This past January, I had the opportunity to fly out to Washington D.C. with my mother, to celebrate Anne Geddes’ accomplishments on her campaign Protecting Our Tomorrows. Anne became an advocate for meningococcal disease and the damaging affects it can have on any person. For those who are unaware, meningitis typically kills within 24 hours and has been known to be the fastest killing disease. Those who survive usually are impaired with life long complications, like myself, a new amputee. In Anne’s project, she photographed 15 survivors from all over the world, with a global initiative aimed at raising awareness and the importance of it’s prevention through vaccination.
I was lucky enough to be selected to represent the United States in the first photo seen in this blog post. When I arrived on set on a wintery day in Vancouver, I didn’t know what to expect, except for the fact that this would be the most professional photo-shoot that my advocacy career has ever embarked on! Haha. Meeting Anne was splendid, and her vision was even more impeccable. She showed me this statue of Helen of Troy that she found and wanted me to embody her. I was flattered, and couldn’t be more excited. The photo came out beautiful and Anne was able to create a wonderful Gallery in D.C. to show them all. There was an art gallery holding all of her portraits, and I was able to meet fellow survivor Kate from Canada. She’s almost done with high school and plans to go to college. It was really great to meet another photographed survivor. Not only is she beautiful but also she has a lot of charisma (Her photo is the second one, purple). Kate and I both spoke at the event, and Anne stepped up to the plate to knock the ball out of the park. Her theme throughout the campaign is Protect, Nurture, and Love. These words don’t shy away from the photos and what they portray. I am adding a link to Anne’s website where you will be able to see all of the other photographs. http://www.annegeddes.com/protecting-our-tomorrows-1/paired with life long complications, like myself, a new amputee. In Anne’s project, she photographed 15 survivors from all over the world, with a global initiative aimed at raising awareness and the importance of it’s prevention through vaccination.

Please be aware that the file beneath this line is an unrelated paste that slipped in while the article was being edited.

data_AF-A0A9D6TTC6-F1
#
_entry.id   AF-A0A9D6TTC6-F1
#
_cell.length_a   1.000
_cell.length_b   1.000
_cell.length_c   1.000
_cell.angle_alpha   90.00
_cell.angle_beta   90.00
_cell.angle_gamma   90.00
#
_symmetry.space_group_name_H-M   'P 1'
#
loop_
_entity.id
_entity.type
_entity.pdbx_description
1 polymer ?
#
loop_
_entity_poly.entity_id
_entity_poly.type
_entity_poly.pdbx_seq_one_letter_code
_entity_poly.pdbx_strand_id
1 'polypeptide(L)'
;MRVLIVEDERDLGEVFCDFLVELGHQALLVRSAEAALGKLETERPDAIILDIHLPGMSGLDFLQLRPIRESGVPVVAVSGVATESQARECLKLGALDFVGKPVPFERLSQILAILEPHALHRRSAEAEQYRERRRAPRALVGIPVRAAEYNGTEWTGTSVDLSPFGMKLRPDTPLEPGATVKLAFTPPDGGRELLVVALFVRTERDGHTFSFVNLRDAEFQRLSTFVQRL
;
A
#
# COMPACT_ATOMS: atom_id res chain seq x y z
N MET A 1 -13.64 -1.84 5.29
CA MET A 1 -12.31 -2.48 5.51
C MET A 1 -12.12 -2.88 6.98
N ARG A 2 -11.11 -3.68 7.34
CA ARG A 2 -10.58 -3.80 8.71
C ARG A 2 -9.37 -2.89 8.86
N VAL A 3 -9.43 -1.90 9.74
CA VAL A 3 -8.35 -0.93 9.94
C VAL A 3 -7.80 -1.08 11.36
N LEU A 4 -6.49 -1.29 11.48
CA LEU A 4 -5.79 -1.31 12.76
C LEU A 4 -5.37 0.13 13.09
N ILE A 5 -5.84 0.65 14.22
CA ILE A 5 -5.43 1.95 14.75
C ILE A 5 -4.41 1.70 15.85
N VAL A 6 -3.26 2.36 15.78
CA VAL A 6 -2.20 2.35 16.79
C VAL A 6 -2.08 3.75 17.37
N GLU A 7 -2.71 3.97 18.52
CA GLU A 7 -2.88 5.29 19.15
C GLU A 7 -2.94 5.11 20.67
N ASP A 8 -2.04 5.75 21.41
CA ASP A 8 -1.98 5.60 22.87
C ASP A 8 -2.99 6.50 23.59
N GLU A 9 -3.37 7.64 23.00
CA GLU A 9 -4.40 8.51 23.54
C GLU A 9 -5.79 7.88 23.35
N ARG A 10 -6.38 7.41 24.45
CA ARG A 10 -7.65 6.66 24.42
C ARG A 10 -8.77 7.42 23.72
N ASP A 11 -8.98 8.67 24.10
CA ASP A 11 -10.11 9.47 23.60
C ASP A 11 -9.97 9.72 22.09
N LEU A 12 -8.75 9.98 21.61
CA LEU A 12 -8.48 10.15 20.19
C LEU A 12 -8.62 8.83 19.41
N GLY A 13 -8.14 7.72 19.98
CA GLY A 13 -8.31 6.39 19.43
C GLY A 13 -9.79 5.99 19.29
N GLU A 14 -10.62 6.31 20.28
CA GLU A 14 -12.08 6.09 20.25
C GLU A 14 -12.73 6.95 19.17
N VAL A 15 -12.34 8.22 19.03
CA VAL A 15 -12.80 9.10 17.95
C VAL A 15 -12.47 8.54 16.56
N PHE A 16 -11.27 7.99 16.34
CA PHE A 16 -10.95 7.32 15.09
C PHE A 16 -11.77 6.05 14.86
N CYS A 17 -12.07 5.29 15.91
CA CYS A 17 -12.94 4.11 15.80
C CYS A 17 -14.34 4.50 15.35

It was a pleasure to be photographed by Anne, and I would love to do it any time, obviously. To step into her world, and meet her team, family, and be apart of her vision is something that I will forever hold dear to my heart. I was able to meet her daughters in Vancouver and see her husband again in D.C., and they are just as wonderful as she is.
As a component to Anne’s portrait series, we both share the same passion for meningococcal awareness because many people loose their lives to the disease without even knowing that they had the chance to protect themselves. When I became ill and stayed in a hospital for months at a time, I was disappointed to know that it all could have been prevented through a simple vaccine. I encourage everyone who hears my story, to take a moment and learn about the disease, and how easy it is to protect you from it. This passion of mine, is emotional, personal, and now has become my own motivating force to become an informative piece to an equation for a better tomorrow. Don’t wait, Vaccinate.
Thank you Anne for letting me be part of a global effort in protecting out tomorrow,